I actually felt kind of bad for Mr. Anderson who, having not been warned of my son’s primitive tendency to flee and his lack of any discernable understanding of humor, called my house later that evening to check on Nicholas because he was afraid he had frightened Nicholas to the point of scarring him permanently. Fortunately, there was no scarring. My son remained in class the following day and every day since. He will remain there until his teacher cracks another joke that soars miles above Nicholas’ literal little head and forces him into hiding like the primordial cave-dweller he is.

My eldest son currently has an F in Social Studies. All of his other grades are A’s and B+’s. How, you may wonder, has he procured a flunking grade in Social Studies?

He misplaces things.

He misplaces things big and small. Where are his glasses? He doesn’t know. What did he do with his math homework? He doesn’t know. Why is he not wearing underwear? He doesn’t know. You get the point. He loses everything.

Last week, when questioned about the flunking grade I discovered on the Parent Portal website, he informed me that he lost his Social Studies notebook. He is required to take notes in class each day and turn them in to his teacher. These notes are 60% of his grade. He had been taking notes on separate, random sheets of paper—which he had, of course, neglected to turn in—since losing his notebook the week before.

Do you know where you lost your notebook? I don’t know. Do you need a new notebook, Lucas? I don’t know. Shouldn’t you be turning in the notes you’ve taken? I don’t know. Have you talked to you teacher? Yes. What did she say? I don’t know.

So I did buy him a new notebook…which he immediately informed me he lost the following day. Then he found it. Then he turned in the notes he had, realized he had numerous more he was missing, received ten pages of notes from his teacher which he recopied over the weekend, then forgot to turn in yesterday because there was a fire alarm during Social Studies class.

(Are you exhausted yet?)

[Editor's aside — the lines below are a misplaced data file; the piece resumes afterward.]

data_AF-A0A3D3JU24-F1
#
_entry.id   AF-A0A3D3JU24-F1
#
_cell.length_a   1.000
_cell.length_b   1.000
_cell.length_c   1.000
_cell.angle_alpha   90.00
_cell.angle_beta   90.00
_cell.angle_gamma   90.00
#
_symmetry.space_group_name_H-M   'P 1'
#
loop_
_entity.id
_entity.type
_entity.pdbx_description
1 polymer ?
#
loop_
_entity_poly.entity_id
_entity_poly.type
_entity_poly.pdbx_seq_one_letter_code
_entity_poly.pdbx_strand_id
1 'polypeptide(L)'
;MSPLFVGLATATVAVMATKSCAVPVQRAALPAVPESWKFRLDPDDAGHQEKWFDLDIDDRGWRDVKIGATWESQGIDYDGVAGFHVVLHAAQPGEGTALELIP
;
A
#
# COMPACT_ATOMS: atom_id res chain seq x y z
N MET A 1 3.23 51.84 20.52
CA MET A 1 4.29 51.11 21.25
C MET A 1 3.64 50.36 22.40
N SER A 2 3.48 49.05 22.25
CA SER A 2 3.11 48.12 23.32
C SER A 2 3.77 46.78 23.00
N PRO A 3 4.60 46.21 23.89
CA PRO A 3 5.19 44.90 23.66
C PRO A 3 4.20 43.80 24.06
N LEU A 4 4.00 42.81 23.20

In addition, he lost the lock to his locker the same day he lost his second Social Studies notebook. How does one lose the lock to their locker? I mean, it is pretty much attached to your locker, right? It’s not like you take it anywhere with you. Unless you’re Lucas.

If you are Lucas, you take it off your locker, place it in your backpack, forgot you placed it in your backpack, report it missing to the office, ask your mom for money to purchase a new lock from the office, fret about memorizing a new locker combination, laugh like a dork when your mother finds it in your backpack, report it found to the office, put it back on your locker, and wait to do the whole thing over again next week. I am heartily looking forward to the winter when we will add his coat, boots, scarf, gloves, and hat to the Lost and Found rotation at school.

And you wonder why I don’t have time to update this blog on a regular basis?


Anonymous said...

Shannon, I am literally cracking up. Tell Nicky not to worry as I don't mean it literally. Your kids are so damn cute and exhausting all at the same time. I love your writing and so enjoy following your stories. They will make a great book on mothering. And how does a teacher get to wear shorts every day in a public school?

Craig said...

I love everything about your blog!

Jessica said...

Oh my, yes, I am exhausted. ;) Hang in there!